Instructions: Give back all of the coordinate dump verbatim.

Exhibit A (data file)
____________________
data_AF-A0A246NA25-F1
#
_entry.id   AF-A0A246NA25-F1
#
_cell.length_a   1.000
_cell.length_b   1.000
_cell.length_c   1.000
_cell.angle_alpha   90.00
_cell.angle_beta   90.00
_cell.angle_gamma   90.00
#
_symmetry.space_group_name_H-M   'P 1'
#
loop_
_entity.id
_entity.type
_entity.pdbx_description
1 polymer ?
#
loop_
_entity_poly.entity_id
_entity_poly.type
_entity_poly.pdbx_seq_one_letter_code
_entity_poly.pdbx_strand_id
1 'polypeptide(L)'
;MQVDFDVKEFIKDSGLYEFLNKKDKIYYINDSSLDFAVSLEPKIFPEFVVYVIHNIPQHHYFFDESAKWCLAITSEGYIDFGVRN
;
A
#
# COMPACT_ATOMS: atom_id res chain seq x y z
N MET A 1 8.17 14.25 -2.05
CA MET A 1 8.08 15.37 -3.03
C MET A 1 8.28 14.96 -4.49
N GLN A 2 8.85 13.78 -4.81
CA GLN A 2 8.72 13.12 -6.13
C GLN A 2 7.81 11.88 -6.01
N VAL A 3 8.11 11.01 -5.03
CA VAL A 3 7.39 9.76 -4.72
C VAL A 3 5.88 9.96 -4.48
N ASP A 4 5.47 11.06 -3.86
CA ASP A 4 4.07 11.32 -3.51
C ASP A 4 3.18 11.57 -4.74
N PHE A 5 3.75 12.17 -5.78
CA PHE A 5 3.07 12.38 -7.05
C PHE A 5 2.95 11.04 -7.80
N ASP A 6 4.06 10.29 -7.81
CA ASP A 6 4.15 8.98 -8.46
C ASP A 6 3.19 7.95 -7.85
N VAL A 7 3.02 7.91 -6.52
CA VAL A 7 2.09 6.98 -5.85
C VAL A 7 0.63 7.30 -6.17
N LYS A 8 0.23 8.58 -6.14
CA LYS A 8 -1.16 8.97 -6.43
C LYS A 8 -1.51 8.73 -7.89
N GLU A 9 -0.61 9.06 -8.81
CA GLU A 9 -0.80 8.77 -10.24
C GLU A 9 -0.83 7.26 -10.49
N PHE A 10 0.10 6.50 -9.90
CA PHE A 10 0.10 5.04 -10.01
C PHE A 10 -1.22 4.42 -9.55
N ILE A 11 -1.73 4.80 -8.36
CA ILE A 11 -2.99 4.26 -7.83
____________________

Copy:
data_AF-A0A246NA25-F1
#
_entry.id   AF-A0A246NA25-F1
#
_cell.length_a   1.000
_cell.length_b   1.000
_cell.length_c   1.000
_cell.angle_alpha   90.00
_cell.angle_beta   90.00
_cell.angle_gamma   90.00
#
_symmetry.space_group_name_H-M   'P 1'
#
loop_
_entity.id
_entity.type
_entity.pdbx_description
1 polymer ?
#
loop_
_entity_poly.entity_id
_entity_poly.type
_entity_poly.pdbx_seq_one_letter_code
_entity_poly.pdbx_strand_id
1 'polypeptide(L)'
;MQVDFDVKEFIKDSGLYEFLNKKDKIYYINDSSLDFAVSLEPKIFPEFVVYVIHNIPQHHYFFDESAKWCLAITSEGYIDFGVRN
;
A
#
# COMPACT_ATOMS: atom_id res chain seq x y z
N MET A 1 8.17 14.25 -2.05
CA MET A 1 8.08 15.37 -3.03
C MET A 1 8.28 14.96 -4.49
N GLN A 2 8.85 13.78 -4.81
CA GLN A 2 8.72 13.12 -6.13
C GLN A 2 7.81 11.88 -6.01
N VAL A 3 8.11 11.01 -5.03
CA VAL A 3 7.39 9.76 -4.72
C VAL A 3 5.88 9.96 -4.48
N ASP A 4 5.47 11.06 -3.86
CA ASP A 4 4.07 11.32 -3.51
C ASP A 4 3.18 11.57 -4.74
N PHE A 5 3.75 12.17 -5.78
CA PHE A 5 3.07 12.38 -7.05
C PHE A 5 2.95 11.04 -7.80
N ASP A 6 4.06 10.29 -7.81
CA ASP A 6 4.15 8.98 -8.46
C ASP A 6 3.19 7.95 -7.85
N VAL A 7 3.02 7.91 -6.52
CA VAL A 7 2.09 6.98 -5.85
C VAL A 7 0.63 7.30 -6.17
N LYS A 8 0.23 8.58 -6.14
CA LYS A 8 -1.16 8.97 -6.43
C LYS A 8 -1.51 8.73 -7.89
N GLU A 9 -0.61 9.06 -8.81
CA GLU A 9 -0.80 8.77 -10.24
C GLU A 9 -0.83 7.26 -10.49
N PHE A 10 0.10 6.50 -9.90
CA PHE A 10 0.10 5.04 -10.01
C PHE A 10 -1.22 4.42 -9.55
N ILE A 11 -1.73 4.80 -8.36
CA ILE A 11 -2.99 4.26 -7.83